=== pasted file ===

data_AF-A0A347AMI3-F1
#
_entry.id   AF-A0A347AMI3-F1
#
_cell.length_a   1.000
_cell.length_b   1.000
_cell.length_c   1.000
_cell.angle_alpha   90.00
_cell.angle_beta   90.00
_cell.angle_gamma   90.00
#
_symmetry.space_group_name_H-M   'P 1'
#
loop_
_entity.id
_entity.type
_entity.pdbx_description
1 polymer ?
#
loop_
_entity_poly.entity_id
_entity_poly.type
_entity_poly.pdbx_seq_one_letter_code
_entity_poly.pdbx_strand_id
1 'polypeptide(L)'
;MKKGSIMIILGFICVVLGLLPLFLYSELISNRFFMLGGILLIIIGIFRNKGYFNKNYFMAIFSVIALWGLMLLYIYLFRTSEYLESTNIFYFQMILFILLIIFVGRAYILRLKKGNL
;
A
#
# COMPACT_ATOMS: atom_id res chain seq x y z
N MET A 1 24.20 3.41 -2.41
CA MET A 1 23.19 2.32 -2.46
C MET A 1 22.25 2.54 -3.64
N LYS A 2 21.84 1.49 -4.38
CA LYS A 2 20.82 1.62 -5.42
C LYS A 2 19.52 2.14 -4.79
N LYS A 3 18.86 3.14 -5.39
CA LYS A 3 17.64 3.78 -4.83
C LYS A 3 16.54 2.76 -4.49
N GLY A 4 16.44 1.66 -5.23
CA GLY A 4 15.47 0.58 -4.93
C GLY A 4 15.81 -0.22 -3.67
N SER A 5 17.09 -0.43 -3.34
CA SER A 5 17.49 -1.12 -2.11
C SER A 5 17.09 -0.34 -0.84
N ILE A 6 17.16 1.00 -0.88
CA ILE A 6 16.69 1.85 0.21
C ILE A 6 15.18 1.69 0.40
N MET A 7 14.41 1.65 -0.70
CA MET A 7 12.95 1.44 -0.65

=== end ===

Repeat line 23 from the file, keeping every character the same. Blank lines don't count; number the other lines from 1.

_entity_poly.pdbx_seq_one_letter_code